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Data Governance as Usual



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Congratulations! You've convinced your executives to support data governance. You've successfully completed that pilot project or addressed the first burning data platform.  What next?

Creating a sustainable governance practice means transcending the pilot phase to become ‘business as usual'.   Does your program have what it takes? Here are some indicators. 

Your Program Has a Plan.  And it's Business-Driven.

Keeping governance on the corporate agenda means keeping it warm with executives and stakeholders alike.  Identifying information initiatives and requirements as part of—rather than separate from—established business planning processes ensures governance retains a seat at the table. 

You Know When to Say When

Your governance program is complete when you have the minimum amount of data governance and management capabilities required to get the job done.  No more.  No less.

Frameworks and maturity models are excellent as a reference.  Particularly when performing a health check or identifying areas for consideration.  However, they shouldn't be used as a prescription or blueprint.  One size does not fit all.

That being said: the job (i.e. your business objectives, data needs and pain points) will change over time.  This is why your program needs a plan. 

You Can Align With the Times

The composition of your data governance organization (or project team) reflects the nascent business priorities and organization dynamic at a point in time.  But change is inevitable.  Evolving business strategies, market pressures, or simply a change in leadership can signal the need for change.  The composition of your executive steering committee, governance council(s) and stewardship teams must flex with the times.  The operating framework may not. 

It Doesn't Take a Village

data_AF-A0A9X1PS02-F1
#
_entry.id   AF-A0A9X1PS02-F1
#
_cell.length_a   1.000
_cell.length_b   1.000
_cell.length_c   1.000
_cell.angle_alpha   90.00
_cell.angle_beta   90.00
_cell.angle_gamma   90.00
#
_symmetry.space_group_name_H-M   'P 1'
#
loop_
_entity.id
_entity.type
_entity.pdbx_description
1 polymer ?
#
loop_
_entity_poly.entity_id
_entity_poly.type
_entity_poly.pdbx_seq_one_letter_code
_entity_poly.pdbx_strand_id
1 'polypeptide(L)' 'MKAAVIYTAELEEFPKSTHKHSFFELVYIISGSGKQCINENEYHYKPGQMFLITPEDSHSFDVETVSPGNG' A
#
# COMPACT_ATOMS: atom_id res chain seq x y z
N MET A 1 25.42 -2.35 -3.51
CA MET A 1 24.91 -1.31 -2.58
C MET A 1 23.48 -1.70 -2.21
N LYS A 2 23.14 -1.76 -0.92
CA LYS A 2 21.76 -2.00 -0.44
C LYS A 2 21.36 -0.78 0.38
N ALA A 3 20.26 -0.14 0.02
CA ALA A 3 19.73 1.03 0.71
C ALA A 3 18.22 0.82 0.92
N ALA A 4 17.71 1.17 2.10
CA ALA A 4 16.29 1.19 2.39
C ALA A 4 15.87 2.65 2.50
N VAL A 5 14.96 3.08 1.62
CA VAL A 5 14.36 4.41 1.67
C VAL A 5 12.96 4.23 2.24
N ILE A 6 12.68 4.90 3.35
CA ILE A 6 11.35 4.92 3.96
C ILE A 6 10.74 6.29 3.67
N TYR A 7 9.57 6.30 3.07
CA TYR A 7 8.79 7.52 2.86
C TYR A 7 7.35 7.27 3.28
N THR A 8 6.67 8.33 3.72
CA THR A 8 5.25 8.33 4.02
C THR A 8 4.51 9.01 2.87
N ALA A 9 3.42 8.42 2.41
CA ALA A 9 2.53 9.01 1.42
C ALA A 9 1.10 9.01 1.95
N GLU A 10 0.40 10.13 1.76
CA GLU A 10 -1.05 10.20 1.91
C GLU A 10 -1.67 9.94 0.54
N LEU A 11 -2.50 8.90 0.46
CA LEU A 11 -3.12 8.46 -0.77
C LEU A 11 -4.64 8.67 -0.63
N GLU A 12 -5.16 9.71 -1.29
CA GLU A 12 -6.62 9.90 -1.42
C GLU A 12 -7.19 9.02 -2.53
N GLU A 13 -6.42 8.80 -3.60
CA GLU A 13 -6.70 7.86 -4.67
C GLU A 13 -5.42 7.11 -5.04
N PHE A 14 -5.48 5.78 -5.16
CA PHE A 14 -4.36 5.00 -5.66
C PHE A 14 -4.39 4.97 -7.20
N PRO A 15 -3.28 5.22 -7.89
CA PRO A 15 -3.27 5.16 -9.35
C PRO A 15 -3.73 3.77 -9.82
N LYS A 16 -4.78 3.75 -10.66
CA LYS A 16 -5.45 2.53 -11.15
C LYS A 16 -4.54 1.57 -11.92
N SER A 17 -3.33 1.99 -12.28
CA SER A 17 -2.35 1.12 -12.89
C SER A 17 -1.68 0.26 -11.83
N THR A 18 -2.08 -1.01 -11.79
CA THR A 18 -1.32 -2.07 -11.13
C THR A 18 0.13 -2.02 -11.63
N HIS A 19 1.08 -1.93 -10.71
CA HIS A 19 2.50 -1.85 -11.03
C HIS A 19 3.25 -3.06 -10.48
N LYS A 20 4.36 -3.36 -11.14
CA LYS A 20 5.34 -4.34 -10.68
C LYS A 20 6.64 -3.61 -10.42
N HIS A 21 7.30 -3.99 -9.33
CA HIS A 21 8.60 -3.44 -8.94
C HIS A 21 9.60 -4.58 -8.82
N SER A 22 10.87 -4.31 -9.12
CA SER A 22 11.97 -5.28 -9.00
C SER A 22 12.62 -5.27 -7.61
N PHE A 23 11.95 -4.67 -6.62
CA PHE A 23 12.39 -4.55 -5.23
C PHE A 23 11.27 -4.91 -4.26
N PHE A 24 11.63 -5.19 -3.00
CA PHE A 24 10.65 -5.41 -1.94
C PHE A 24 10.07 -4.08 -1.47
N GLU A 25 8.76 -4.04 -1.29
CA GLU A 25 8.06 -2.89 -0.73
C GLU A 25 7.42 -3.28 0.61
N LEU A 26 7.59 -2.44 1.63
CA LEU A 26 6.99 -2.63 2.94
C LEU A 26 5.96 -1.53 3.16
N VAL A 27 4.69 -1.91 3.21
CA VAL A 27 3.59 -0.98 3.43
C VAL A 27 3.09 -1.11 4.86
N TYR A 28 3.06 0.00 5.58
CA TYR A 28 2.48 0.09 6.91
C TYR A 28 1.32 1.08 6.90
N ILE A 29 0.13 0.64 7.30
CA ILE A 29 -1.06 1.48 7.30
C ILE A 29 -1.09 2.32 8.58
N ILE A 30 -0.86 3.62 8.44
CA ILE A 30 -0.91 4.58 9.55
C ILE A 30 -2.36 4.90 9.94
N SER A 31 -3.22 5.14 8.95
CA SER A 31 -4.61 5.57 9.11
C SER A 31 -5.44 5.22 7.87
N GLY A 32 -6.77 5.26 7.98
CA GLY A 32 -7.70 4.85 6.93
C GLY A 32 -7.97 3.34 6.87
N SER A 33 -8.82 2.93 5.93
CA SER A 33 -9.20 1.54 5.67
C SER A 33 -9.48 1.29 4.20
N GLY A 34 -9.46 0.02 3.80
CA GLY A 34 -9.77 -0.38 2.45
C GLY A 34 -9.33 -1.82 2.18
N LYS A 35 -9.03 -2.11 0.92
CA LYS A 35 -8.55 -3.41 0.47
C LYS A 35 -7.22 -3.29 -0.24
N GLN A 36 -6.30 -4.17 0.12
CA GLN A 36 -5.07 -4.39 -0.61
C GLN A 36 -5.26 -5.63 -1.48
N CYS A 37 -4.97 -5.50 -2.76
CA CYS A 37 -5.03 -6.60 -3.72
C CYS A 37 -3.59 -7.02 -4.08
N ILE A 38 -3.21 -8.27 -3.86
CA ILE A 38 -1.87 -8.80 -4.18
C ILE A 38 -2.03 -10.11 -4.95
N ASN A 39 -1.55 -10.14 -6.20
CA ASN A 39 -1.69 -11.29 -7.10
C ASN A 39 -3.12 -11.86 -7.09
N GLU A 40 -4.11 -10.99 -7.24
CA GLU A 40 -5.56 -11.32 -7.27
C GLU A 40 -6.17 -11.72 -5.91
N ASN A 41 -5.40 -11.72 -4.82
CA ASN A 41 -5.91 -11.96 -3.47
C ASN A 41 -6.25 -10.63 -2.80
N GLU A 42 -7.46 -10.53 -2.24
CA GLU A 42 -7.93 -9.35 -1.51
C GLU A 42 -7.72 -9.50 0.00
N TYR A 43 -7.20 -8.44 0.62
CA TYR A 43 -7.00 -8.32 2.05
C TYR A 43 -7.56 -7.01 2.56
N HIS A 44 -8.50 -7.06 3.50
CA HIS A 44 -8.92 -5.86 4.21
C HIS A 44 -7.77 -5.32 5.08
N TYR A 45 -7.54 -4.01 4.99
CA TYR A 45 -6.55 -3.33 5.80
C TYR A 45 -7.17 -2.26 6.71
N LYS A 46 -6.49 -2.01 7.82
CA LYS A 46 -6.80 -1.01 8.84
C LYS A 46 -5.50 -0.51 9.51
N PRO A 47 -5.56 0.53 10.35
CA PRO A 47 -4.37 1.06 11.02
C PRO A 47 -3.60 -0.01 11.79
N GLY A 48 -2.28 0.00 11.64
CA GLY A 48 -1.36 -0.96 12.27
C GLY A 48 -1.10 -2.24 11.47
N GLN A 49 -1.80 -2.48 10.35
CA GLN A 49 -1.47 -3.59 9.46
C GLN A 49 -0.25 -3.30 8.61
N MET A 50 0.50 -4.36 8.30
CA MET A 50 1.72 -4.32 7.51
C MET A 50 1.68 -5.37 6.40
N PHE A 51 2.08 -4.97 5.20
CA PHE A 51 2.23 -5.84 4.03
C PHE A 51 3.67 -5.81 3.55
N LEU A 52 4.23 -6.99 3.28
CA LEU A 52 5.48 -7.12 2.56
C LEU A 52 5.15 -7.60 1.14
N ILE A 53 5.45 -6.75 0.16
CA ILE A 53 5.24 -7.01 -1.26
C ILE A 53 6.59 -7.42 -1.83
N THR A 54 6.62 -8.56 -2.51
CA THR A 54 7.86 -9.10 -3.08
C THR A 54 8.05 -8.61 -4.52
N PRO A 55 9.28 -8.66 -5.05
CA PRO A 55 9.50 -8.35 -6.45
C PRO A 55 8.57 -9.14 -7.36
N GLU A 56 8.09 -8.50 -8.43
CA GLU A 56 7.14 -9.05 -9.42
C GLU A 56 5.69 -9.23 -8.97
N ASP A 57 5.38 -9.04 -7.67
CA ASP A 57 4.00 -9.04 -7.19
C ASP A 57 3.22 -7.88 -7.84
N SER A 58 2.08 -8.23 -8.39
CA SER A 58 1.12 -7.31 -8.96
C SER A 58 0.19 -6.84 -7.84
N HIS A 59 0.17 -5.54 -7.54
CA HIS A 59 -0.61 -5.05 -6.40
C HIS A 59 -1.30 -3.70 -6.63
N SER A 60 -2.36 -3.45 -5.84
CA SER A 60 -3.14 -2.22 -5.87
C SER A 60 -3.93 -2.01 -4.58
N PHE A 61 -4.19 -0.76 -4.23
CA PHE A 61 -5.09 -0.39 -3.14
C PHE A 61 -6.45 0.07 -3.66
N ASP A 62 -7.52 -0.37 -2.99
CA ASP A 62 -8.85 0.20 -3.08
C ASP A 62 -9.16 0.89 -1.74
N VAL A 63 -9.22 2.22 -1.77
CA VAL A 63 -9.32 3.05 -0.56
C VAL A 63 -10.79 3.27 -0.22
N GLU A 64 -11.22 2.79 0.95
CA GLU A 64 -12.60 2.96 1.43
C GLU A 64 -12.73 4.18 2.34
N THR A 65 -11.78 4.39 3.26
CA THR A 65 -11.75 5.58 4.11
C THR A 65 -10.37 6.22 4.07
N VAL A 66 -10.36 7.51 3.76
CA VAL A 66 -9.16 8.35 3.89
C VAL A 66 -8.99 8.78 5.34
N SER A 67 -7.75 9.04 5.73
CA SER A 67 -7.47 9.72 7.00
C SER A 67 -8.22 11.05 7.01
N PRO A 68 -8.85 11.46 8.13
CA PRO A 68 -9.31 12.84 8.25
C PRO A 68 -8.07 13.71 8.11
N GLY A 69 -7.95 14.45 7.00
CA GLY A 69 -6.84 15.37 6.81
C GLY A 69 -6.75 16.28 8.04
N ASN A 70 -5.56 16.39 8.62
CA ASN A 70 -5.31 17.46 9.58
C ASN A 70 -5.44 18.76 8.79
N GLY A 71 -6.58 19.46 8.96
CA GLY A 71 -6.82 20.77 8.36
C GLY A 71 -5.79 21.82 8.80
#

The number of program participants and interested parties will grow with the scope of your program.  Routinely gathering the full complement of council members or stewards can quickly become unwieldy and counterproductive.

To optimize productivity and minimize meeting overload, mature organizations adopt a working group mentality.  In this operating model, participants—whether at a council or data stewardship level—are brought to bear on an issue based on the context of the data problem.   Members not impacted or allocated decision rights need not participate. 

Decision Making is "Baked In"

Ultimately, data awareness needs to be ‘baked into' day-to-day operational processes.  What does this mean?  Data management activities, including quality and risk assessments should be incorporated into software development lifecycles and production monitoring routines.  This kind of control enables data issues to be avoided before expensive production problems—including compliance breaches - occur.  It also ensures that needs for new data policies, standards and rules are identified preemptively.

In addition, operational decisions regarding data should be made as close as possible to the point and time at which data is being created and maintained.   Clearly-defined decision boundaries and escalation criteria allow for intervention by stewardship teams, councils or executives on an as-needed, exception-only basis.  This expedites issue resolution while promoting creation of clear operational data guidelines and data management practices.  And, last but not least, it allows executives to focus on strategic rather than operational concerns.

Of course, baked-in decision making implies clarity regarding who does what when. 

Can't answer the question of ‘what you (the data steward, developer, council member) do'?  Start there.


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